Tag Archives: task force

The Biggest Medicare Fraud Cases of 2015

Medicare does not keep records of how much it loses annually because of fraud, but the FBI, which oversees the investigation and prosecution of those alleged to have participated in fraud, estimates that 3% to 10% of all Medicare billings are fraudulent. The FBI task force believes that healthcare fraud costs taxpayers “tens of billions of dollars a year.”

Here is an overview of some of the biggest Medicare fraud cases of 2015:

  1. In June 2015, 243 healthcare providers across the country were charged individually with Medicare fraud. This was the largest-ever coordinated takedown in the history of the National Medicare Fraud Strike Force history. Doctors, nurses, pharmacists, home health workers and other healthcare professionals were all indicted for falsely billing Medicare for approximately $712 million in various fraudulent schemes. The healthcare providers allegedly:
  • Billed for services that were not rendered
  • Charged for equipment that was never delivered
  • Billed for care that was not needed

Specific criminal charges include:

  • Conspiracy to commit healthcare fraud
  • Violating anti-kickback statutes
  • Money laundering
  • Identity theft

Healthcare providers nationally were included in the sweep of the task force. Charges were brought in Texas, Louisiana, Florida, California, New York and elsewhere. The defendants face years in prison in addition to having their assets forfeited to the government and having to repay the amount of money they fraudulently obtained.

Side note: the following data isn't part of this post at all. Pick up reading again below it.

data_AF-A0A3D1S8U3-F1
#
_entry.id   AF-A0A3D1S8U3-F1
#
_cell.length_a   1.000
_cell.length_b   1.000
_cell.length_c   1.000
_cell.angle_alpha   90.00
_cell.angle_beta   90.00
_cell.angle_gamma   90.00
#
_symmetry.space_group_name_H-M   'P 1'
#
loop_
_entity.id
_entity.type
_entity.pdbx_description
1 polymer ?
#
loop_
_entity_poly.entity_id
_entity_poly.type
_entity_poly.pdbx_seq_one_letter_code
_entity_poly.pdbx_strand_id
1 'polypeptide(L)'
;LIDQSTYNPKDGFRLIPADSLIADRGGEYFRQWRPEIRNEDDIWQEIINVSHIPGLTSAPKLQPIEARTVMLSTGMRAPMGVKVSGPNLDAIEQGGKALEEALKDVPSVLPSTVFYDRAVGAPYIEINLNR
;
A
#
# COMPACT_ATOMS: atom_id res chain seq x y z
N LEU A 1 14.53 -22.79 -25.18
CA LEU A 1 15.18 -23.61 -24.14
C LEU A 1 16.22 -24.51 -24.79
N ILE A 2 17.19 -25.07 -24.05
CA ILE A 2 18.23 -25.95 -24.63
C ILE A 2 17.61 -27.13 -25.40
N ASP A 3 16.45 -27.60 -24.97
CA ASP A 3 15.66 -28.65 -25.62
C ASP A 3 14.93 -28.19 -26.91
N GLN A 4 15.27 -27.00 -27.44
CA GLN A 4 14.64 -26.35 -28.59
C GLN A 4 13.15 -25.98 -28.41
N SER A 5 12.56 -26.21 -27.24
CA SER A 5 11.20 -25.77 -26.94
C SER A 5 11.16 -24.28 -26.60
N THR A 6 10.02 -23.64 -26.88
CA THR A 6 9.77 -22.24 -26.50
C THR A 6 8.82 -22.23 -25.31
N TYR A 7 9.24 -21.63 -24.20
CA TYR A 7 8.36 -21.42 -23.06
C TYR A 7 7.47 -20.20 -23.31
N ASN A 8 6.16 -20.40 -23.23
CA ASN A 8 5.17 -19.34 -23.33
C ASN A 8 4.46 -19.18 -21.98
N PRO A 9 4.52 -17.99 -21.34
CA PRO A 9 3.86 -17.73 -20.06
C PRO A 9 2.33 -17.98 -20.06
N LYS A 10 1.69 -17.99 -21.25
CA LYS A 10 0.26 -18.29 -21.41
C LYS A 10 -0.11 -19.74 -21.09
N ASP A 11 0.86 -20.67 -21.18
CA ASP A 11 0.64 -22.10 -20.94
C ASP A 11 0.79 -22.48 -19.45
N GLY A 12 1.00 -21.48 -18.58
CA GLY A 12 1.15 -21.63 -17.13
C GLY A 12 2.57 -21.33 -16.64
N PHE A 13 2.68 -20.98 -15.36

In a press release announcing the takedown, the attorney general for the U.S. expressed the commitment of the Department of Justice to continue its “focus on preventing wrongdoing and prosecuting those whose criminal activity drives up medical costs and jeopardizes a system that our citizens trust with their lives.”

  1. Also in June 2015, the former president of a Houston hospital was sentenced to more than 40 years in federal prison and ordered to pay $46.8 million in restitution to Medicare. His son and two other co-conspirators were also found guilty of receiving kickbacks, conspiracy to commit Medicare fraud and money laundering. The scheme involved billing Medicare for psychiatric services that were never provided to patients. The total amount of money fraudulently received by all participants was estimated to equal $158 million.